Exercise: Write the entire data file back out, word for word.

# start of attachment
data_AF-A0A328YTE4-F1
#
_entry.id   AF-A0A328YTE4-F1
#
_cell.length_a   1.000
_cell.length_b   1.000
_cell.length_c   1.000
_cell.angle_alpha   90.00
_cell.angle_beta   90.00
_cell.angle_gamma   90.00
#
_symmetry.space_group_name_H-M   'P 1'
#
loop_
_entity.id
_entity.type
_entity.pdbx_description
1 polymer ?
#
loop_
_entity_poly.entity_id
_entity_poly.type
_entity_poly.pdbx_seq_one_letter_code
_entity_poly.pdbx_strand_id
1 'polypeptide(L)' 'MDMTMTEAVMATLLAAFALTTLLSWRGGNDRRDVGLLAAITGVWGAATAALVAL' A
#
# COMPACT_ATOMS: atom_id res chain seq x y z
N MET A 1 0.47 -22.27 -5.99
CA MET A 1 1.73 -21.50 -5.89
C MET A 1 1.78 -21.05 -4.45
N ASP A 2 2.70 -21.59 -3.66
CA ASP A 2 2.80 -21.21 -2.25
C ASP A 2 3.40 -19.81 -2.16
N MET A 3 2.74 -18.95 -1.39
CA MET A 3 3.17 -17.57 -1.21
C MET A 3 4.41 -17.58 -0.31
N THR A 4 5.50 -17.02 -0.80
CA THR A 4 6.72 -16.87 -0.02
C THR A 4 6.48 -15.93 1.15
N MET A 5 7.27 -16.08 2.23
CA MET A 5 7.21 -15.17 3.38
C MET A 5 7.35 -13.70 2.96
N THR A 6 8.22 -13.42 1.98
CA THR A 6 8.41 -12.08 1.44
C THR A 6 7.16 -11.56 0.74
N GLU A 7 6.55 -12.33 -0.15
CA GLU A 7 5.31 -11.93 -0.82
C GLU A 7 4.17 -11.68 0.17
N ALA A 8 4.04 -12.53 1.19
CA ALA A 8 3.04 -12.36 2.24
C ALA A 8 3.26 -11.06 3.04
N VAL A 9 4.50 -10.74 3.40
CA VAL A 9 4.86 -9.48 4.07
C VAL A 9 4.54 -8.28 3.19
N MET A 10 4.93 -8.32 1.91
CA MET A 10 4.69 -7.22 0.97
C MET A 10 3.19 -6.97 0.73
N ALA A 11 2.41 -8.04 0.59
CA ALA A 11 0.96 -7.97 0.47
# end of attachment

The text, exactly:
data_AF-A0A328YTE4-F1
#
_entry.id   AF-A0A328YTE4-F1
#
_cell.length_a   1.000
_cell.length_b   1.000
_cell.length_c   1.000
_cell.angle_alpha   90.00
_cell.angle_beta   90.00
_cell.angle_gamma   90.00
#
_symmetry.space_group_name_H-M   'P 1'
#
loop_
_entity.id
_entity.type
_entity.pdbx_description
1 polymer ?
#
loop_
_entity_poly.entity_id
_entity_poly.type
_entity_poly.pdbx_seq_one_letter_code
_entity_poly.pdbx_strand_id
1 'polypeptide(L)' 'MDMTMTEAVMATLLAAFALTTLLSWRGGNDRRDVGLLAAITGVWGAATAALVAL' A
#
# COMPACT_ATOMS: atom_id res chain seq x y z
N MET A 1 0.47 -22.27 -5.99
CA MET A 1 1.73 -21.50 -5.89
C MET A 1 1.78 -21.05 -4.45
N ASP A 2 2.70 -21.59 -3.66
CA ASP A 2 2.80 -21.21 -2.25
C ASP A 2 3.40 -19.81 -2.16
N MET A 3 2.74 -18.95 -1.39
CA MET A 3 3.17 -17.57 -1.21
C MET A 3 4.41 -17.58 -0.31
N THR A 4 5.50 -17.02 -0.80
CA THR A 4 6.72 -16.87 -0.02
C THR A 4 6.48 -15.93 1.15
N MET A 5 7.27 -16.08 2.23
CA MET A 5 7.21 -15.17 3.38
C MET A 5 7.35 -13.70 2.96
N THR A 6 8.22 -13.42 1.98
CA THR A 6 8.41 -12.08 1.44
C THR A 6 7.16 -11.56 0.74
N GLU A 7 6.55 -12.33 -0.15
CA GLU A 7 5.31 -11.93 -0.82
C GLU A 7 4.17 -11.68 0.17
N ALA A 8 4.04 -12.53 1.19
CA ALA A 8 3.04 -12.36 2.24
C ALA A 8 3.26 -11.06 3.04
N VAL A 9 4.50 -10.74 3.40
CA VAL A 9 4.86 -9.48 4.07
C VAL A 9 4.54 -8.28 3.19
N MET A 10 4.93 -8.32 1.91
CA MET A 10 4.69 -7.22 0.97
C MET A 10 3.19 -6.97 0.73
N ALA A 11 2.41 -8.04 0.59
CA ALA A 11 0.96 -7.97 0.47